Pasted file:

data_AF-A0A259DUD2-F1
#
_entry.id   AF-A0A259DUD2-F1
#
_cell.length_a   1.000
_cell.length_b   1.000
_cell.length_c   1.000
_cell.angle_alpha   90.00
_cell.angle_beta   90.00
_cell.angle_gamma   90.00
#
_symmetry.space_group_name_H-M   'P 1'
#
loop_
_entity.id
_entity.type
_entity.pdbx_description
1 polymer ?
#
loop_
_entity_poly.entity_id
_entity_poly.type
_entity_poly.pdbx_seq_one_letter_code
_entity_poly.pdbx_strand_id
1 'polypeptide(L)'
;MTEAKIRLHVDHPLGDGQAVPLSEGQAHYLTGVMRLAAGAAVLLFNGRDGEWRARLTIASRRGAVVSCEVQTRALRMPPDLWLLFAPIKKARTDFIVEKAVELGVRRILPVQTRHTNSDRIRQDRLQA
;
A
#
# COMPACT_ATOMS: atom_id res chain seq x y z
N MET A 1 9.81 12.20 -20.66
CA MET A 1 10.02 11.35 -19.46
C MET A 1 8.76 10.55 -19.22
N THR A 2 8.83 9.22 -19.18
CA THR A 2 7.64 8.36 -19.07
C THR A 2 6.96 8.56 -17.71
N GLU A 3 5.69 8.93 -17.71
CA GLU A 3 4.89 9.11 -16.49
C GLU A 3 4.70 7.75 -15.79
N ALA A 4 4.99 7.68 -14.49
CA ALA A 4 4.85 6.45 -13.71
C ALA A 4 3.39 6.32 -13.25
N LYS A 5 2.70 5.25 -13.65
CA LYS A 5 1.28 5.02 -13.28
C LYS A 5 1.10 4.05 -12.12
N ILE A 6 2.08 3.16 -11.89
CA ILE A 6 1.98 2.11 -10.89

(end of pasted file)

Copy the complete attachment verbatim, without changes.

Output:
data_AF-A0A259DUD2-F1
#
_entry.id   AF-A0A259DUD2-F1
#
_cell.length_a   1.000
_cell.length_b   1.000
_cell.length_c   1.000
_cell.angle_alpha   90.00
_cell.angle_beta   90.00
_cell.angle_gamma   90.00
#
_symmetry.space_group_name_H-M   'P 1'
#
loop_
_entity.id
_entity.type
_entity.pdbx_description
1 polymer ?
#
loop_
_entity_poly.entity_id
_entity_poly.type
_entity_poly.pdbx_seq_one_letter_code
_entity_poly.pdbx_strand_id
1 'polypeptide(L)'
;MTEAKIRLHVDHPLGDGQAVPLSEGQAHYLTGVMRLAAGAAVLLFNGRDGEWRARLTIASRRGAVVSCEVQTRALRMPPDLWLLFAPIKKARTDFIVEKAVELGVRRILPVQTRHTNSDRIRQDRLQA
;
A
#
# COMPACT_ATOMS: atom_id res chain seq x y z
N MET A 1 9.81 12.20 -20.66
CA MET A 1 10.02 11.35 -19.46
C MET A 1 8.76 10.55 -19.22
N THR A 2 8.83 9.22 -19.18
CA THR A 2 7.64 8.36 -19.07
C THR A 2 6.96 8.56 -17.71
N GLU A 3 5.69 8.93 -17.71
CA GLU A 3 4.89 9.11 -16.49
C GLU A 3 4.70 7.75 -15.79
N ALA A 4 4.99 7.68 -14.49
CA ALA A 4 4.85 6.45 -13.71
C ALA A 4 3.39 6.32 -13.25
N LYS A 5 2.70 5.25 -13.65
CA LYS A 5 1.28 5.02 -13.28
C LYS A 5 1.10 4.05 -12.12
N ILE A 6 2.08 3.16 -11.89
CA ILE A 6 1.98 2.11 -10.89